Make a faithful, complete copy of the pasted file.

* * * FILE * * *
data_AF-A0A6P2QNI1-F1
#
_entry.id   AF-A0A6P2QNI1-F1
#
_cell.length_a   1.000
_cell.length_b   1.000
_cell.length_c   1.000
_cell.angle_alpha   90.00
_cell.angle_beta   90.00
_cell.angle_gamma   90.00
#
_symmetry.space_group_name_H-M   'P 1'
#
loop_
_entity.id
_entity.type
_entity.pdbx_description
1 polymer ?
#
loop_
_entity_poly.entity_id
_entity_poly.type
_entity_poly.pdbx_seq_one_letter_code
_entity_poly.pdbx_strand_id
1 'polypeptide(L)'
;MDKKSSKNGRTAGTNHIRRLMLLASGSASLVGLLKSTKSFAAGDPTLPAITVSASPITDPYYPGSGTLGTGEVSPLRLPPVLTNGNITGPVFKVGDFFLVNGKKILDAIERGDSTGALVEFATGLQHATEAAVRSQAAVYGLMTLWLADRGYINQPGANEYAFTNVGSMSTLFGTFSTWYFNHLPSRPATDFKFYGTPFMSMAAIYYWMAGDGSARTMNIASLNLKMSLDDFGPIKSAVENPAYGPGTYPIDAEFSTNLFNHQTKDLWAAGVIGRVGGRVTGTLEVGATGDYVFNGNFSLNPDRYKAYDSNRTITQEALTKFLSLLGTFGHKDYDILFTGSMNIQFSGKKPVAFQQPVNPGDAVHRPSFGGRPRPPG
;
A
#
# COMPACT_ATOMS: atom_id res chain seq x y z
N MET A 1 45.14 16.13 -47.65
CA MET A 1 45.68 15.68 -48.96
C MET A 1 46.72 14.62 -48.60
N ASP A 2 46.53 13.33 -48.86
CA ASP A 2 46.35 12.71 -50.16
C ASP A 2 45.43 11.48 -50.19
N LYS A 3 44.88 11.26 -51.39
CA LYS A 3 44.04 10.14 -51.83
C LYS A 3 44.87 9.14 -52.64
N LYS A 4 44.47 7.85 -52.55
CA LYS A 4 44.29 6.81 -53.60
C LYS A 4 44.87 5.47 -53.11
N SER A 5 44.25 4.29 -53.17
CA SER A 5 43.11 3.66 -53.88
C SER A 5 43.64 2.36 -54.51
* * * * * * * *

data_AF-A0A6P2QNI1-F1
#
_entry.id   AF-A0A6P2QNI1-F1
#
_cell.length_a   1.000
_cell.length_b   1.000
_cell.length_c   1.000
_cell.angle_alpha   90.00
_cell.angle_beta   90.00
_cell.angle_gamma   90.00
#
_symmetry.space_group_name_H-M   'P 1'
#
loop_
_entity.id
_entity.type
_entity.pdbx_description
1 polymer ?
#
loop_
_entity_poly.entity_id
_entity_poly.type
_entity_poly.pdbx_seq_one_letter_code
_entity_poly.pdbx_strand_id
1 'polypeptide(L)'
;MDKKSSKNGRTAGTNHIRRLMLLASGSASLVGLLKSTKSFAAGDPTLPAITVSASPITDPYYPGSGTLGTGEVSPLRLPPVLTNGNITGPVFKVGDFFLVNGKKILDAIERGDSTGALVEFATGLQHATEAAVRSQAAVYGLMTLWLADRGYINQPGANEYAFTNVGSMSTLFGTFSTWYFNHLPSRPATDFKFYGTPFMSMAAIYYWMAGDGSARTMNIASLNLKMSLDDFGPIKSAVENPAYGPGTYPIDAEFSTNLFNHQTKDLWAAGVIGRVGGRVTGTLEVGATGDYVFNGNFSLNPDRYKAYDSNRTITQEALTKFLSLLGTFGHKDYDILFTGSMNIQFSGKKPVAFQQPVNPGDAVHRPSFGGRPRPPG
;
A
#
# COMPACT_ATOMS: atom_id res chain seq x y z
N MET A 1 45.14 16.13 -47.65
CA MET A 1 45.68 15.68 -48.96
C MET A 1 46.72 14.62 -48.60
N ASP A 2 46.53 13.33 -48.86
CA ASP A 2 46.35 12.71 -50.16
C ASP A 2 45.43 11.48 -50.19
N LYS A 3 44.88 11.26 -51.39
CA LYS A 3 44.04 10.14 -51.83
C LYS A 3 44.87 9.14 -52.64
N LYS A 4 44.47 7.85 -52.55
CA LYS A 4 44.29 6.81 -53.60
C LYS A 4 44.87 5.47 -53.11
N SER A 5 44.25 4.29 -53.17
CA SER A 5 43.11 3.66 -53.88
C SER A 5 43.64 2.36 -54.51